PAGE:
In this world of environmental awareness, people are becoming increasingly concerned with efficient, clean energy. Wind and solar power are renewable and clean, but they are far less reliable than fossil fuels such as coal, oil, and natural gas. Despite the controversy surrounding it, nuclear power is a promising and reliable source of clean energy. However, do the risks of nuclear meltdown and contamination outweigh the benefits? Do the supposed environmental risks make the employment of nuclear power plants immoral?
There are several ways in which we can view this problem. Interestingly, if we look at the issue of nuclear power from a hard-core environmentalist perspective, we may come to different conclusions. On the one hand, an environmentalist may argue that we can best protect the environment by replacing coal-burning plants with nuclear power plants. Nuclear energy does not pollute the environment, and it is extremely safe; the only meltdowns that have occurred were due to human error. On the other hand, some environmentalists may insist that it is immoral to install nuclear power plants because the highly toxic waste from nuclear reactor cores have half-lives of tens to hundreds of thousands of years. Basically, this means that nuclear waste remains radioactive for a very long time and is detrimental to the environment if it is not stored properly. Additionally, there is always the risk of a meltdown, which would cause extreme damage to the environment.
From a Libertarian perspective, nuclear power should be completely moral because it does not infringe on anybody’s personal property rights. In contrast to popular belief, very little radiation is produced from nuclear power plants, so people who live near new plants would not have to relocate.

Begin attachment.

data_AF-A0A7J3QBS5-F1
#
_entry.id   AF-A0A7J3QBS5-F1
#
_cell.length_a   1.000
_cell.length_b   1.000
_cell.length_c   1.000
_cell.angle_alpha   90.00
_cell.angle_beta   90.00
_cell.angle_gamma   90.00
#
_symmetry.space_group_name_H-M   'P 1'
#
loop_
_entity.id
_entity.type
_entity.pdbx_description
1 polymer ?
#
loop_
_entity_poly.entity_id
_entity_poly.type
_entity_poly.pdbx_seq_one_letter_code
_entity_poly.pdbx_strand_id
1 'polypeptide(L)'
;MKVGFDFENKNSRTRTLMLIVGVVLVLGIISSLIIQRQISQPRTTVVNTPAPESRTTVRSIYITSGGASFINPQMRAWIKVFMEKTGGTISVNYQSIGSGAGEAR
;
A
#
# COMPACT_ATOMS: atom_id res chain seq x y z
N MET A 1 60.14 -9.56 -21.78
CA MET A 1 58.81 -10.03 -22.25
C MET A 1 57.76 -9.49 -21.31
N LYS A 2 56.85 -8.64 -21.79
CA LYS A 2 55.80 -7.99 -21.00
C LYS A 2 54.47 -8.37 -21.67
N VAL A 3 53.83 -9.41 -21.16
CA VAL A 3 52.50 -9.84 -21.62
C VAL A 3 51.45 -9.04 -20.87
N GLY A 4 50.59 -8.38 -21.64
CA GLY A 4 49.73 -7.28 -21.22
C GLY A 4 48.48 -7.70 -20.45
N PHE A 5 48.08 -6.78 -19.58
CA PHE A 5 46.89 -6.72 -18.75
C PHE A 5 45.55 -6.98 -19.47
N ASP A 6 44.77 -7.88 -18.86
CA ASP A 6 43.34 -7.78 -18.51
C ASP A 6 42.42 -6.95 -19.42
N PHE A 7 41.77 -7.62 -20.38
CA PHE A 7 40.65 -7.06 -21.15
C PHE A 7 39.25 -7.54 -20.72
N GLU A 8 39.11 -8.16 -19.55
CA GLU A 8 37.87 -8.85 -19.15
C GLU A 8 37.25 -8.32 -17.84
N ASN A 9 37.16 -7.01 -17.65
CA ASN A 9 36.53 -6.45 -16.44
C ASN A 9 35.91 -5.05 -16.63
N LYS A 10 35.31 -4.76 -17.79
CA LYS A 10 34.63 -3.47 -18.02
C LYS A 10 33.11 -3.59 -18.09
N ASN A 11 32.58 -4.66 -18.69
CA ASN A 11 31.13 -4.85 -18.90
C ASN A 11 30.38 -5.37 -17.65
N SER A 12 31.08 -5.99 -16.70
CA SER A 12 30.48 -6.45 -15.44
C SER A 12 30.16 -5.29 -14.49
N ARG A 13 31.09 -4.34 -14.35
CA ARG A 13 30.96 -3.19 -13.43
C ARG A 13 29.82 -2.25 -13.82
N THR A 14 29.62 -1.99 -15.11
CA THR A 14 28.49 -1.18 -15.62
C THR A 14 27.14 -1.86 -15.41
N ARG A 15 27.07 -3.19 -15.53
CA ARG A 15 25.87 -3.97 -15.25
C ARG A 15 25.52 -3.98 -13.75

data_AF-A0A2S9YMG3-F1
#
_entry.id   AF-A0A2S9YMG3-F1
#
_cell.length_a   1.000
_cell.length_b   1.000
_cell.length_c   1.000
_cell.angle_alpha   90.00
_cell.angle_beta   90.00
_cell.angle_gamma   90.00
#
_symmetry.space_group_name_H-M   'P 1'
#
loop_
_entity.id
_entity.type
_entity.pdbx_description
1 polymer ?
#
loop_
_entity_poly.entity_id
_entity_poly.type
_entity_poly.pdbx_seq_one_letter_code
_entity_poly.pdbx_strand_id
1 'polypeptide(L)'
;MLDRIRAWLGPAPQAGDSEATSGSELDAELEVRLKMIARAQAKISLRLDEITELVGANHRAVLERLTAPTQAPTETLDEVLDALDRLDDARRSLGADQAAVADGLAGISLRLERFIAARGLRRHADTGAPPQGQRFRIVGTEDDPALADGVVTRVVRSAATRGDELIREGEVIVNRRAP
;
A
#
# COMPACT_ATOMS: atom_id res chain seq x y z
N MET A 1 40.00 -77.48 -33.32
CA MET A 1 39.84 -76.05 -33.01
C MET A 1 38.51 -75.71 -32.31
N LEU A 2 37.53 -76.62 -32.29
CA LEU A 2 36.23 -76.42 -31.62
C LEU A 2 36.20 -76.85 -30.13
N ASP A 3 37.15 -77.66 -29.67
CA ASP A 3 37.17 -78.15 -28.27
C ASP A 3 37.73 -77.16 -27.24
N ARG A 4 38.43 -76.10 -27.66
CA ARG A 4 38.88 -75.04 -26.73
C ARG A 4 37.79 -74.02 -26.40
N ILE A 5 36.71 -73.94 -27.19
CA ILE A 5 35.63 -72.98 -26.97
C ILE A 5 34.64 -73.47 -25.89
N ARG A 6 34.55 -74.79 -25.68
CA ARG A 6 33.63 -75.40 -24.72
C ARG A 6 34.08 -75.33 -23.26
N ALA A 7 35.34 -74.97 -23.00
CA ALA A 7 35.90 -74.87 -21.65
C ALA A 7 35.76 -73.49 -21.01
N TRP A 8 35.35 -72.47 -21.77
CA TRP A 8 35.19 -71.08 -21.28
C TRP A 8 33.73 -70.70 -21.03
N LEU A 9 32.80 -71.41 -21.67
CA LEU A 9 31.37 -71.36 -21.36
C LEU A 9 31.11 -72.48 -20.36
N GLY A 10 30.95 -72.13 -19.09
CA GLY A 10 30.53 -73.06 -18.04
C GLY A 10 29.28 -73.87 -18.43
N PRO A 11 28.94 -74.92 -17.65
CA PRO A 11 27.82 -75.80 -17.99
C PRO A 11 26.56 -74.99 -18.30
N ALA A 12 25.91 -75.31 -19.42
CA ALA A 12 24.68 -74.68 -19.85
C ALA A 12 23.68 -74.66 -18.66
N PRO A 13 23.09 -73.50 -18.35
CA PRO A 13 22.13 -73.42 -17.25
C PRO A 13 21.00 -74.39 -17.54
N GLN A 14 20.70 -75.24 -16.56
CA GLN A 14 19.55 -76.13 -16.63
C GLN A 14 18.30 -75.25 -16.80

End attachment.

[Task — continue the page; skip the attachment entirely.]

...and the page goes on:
It is not obvious whether or not Block—who argues that there should be a personal property rights theory for environmental protection—would endorse nuclear power. When we look at the issue empirically, we see that nuclear waste is generally confined without a problem and that meltdowns are almost impossible when a plant is maintained correctly. However, if one believes that nuclear power is a terrible thing, then he or she must consider the effects of both coal and nuclear plants and ask the question, Which is the lesser of the two evils? After the nuclear meltdown in Fukushima, many German nuclear power plants were shut down out of fear and replaced with coal-burning plants. Was this the moral decision? Should we be afraid of the chance of something going horribly wrong with a nuclear power plant? Or should we be more fearful of the widespread toll that coal-burning power plants take on environmental aspects such as air quality (which is ruined by burning fossil fuels and which has undoubtedly caused widespread medical issues such as lung disease).
I believe that, in this case, nuclear power plants are a far better option because they do not infringe on our collective personal property rights to breathe clean air, drink clean water, etc. Perhaps there are better options, but until science catches up, nuclear power should be more widely embraced.